The fasting dilemma
One of the things that pious booklets sometimes say about Lenten fasting is that one should put aside the money one saves by fasting and give it to the poor.
The difficulty I find is that Lent usually involves more expense.
Fasting food often costs more than ordinary food. The following illustration is taken from the USA, but it applies in other places too.
Fasting food includes fish without backbones, like shellfish, but excludes fish with backbones. Perhaps in the fourth century, in St Basil’s time, shellfish, octopus and calamari were cheaper. Perhaps they were the poor man’s food, because they could be gathered along the shore by poor beachcombers, whereas fish with backbones were caught by professional fishermen who went out in boats, and so cost more. I don’t know, I’m just speculating. But certainly prawns and calamari cost a lot more in Gauteng than the ubiquitous hake (which is dyed orange to masquerade as haddock too).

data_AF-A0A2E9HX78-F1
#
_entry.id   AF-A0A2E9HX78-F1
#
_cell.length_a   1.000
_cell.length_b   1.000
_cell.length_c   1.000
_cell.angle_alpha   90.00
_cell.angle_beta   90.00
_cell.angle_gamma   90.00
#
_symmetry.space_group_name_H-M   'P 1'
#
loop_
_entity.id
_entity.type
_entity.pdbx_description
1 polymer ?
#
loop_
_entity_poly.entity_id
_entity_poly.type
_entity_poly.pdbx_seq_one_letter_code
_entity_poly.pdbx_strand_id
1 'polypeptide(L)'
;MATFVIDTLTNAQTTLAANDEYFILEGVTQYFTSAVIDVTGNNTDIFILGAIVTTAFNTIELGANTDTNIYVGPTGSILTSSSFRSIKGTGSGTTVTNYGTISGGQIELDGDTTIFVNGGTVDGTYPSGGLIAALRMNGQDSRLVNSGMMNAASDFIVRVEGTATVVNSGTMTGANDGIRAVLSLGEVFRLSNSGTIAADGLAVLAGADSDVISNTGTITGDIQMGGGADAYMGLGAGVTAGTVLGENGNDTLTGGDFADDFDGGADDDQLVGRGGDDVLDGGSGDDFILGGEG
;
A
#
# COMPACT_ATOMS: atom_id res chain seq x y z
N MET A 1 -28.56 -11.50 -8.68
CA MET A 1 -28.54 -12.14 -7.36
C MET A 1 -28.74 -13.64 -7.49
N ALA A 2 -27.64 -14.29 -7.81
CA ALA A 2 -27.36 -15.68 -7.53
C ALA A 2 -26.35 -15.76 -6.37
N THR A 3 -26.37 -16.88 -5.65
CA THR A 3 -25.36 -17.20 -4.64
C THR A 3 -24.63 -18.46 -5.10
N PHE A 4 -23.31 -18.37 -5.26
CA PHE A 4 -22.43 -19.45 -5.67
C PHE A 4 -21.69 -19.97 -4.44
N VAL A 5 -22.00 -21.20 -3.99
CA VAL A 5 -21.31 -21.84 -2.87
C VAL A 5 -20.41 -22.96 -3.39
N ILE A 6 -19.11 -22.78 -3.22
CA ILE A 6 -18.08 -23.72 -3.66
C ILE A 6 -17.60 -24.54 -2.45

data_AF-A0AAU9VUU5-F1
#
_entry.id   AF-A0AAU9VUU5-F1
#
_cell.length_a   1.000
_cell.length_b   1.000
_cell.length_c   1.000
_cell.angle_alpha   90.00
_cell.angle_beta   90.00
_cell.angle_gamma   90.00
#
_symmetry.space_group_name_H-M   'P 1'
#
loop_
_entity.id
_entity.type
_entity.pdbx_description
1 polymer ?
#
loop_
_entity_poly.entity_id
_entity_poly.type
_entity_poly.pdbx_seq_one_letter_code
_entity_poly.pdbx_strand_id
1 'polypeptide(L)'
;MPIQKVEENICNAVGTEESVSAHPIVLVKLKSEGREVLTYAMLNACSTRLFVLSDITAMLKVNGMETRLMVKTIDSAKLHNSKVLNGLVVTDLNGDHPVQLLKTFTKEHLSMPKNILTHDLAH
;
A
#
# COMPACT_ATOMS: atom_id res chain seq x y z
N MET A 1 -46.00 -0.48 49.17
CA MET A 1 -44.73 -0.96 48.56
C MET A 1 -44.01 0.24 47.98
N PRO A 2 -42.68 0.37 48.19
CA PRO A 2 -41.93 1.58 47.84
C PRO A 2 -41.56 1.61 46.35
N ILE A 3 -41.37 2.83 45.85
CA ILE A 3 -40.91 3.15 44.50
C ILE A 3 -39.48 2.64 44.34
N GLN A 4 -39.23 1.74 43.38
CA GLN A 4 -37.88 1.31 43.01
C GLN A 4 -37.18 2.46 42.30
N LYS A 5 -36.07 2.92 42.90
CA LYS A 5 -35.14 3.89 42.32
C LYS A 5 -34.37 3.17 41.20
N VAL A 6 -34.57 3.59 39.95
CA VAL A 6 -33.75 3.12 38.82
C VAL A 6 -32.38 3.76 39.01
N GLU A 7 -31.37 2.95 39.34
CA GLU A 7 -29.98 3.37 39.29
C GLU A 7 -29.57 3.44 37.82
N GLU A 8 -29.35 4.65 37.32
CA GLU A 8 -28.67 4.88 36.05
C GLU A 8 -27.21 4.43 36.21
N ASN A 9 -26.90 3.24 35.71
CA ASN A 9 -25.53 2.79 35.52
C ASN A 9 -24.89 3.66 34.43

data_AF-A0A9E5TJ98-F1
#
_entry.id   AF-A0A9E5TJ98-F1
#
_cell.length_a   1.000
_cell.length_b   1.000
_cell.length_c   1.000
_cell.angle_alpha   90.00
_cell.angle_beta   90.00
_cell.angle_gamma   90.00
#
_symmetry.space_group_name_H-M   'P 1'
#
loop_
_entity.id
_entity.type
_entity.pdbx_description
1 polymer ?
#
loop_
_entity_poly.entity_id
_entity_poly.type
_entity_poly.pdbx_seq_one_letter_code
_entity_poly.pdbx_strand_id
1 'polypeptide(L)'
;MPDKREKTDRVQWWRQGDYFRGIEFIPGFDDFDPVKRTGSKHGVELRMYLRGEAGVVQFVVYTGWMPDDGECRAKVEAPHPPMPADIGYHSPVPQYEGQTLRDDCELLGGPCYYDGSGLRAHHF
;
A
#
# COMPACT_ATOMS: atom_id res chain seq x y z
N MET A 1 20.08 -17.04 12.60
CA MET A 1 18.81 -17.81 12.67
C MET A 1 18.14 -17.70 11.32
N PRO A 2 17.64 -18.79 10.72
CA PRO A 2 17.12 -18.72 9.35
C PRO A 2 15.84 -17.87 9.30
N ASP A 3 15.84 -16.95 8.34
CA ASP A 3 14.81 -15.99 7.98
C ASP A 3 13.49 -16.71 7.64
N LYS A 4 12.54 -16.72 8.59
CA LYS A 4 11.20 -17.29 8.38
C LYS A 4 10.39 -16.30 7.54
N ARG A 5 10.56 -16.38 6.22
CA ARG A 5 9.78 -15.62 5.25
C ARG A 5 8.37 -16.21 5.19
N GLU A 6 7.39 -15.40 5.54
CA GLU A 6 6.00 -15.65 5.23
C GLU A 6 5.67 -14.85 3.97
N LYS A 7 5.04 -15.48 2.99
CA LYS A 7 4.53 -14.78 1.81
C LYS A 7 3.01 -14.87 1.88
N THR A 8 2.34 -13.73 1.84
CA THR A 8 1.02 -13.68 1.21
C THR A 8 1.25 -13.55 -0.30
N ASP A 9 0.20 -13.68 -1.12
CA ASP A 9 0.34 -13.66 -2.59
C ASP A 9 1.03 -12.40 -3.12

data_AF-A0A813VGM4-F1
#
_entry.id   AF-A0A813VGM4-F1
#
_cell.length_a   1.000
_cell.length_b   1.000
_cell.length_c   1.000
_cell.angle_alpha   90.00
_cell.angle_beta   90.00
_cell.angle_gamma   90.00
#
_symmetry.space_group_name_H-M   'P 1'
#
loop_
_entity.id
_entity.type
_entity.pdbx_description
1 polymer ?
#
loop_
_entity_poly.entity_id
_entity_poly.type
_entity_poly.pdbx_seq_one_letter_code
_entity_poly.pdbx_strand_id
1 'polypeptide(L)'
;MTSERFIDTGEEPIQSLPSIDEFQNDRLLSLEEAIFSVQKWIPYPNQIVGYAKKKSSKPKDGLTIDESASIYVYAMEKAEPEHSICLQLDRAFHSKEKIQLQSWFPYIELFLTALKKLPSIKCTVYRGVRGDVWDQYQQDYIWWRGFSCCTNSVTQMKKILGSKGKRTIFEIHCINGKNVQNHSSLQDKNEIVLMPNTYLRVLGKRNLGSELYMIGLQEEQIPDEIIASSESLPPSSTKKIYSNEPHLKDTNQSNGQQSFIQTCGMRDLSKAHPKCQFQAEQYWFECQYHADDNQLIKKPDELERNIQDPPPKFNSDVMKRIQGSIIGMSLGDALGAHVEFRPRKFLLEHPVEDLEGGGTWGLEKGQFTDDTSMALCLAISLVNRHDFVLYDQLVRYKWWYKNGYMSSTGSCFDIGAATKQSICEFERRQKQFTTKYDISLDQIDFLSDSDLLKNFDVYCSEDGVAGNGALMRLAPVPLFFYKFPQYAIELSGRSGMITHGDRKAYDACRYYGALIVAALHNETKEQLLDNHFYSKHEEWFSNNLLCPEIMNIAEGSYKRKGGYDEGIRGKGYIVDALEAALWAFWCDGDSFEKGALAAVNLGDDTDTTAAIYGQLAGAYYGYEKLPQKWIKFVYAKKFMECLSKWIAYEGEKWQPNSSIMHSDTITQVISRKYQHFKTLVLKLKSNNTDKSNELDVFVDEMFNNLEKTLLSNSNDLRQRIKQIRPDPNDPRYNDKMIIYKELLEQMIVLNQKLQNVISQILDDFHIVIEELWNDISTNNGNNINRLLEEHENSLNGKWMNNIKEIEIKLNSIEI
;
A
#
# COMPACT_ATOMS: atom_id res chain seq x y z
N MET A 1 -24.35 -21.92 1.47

Another thing about Lent is that there are more services.
And that’s cool in Orthodox countries, where for most people there are plenty of churches within walking distance, at least in the cities. But here it requires a (sometimes long) car ride, and this year we haven’t seen much of the Presanctified Liturgy, because just about every road is being dug up, and travel is something to be avoided as far as possible. But even when travel is possible, it too means additional expense.
I’m not complaining, mind. It’s just that when I see these things about the money you save in Lent I think they are misleading. You actually need to save money during the rest of the year to be able to afford Lent.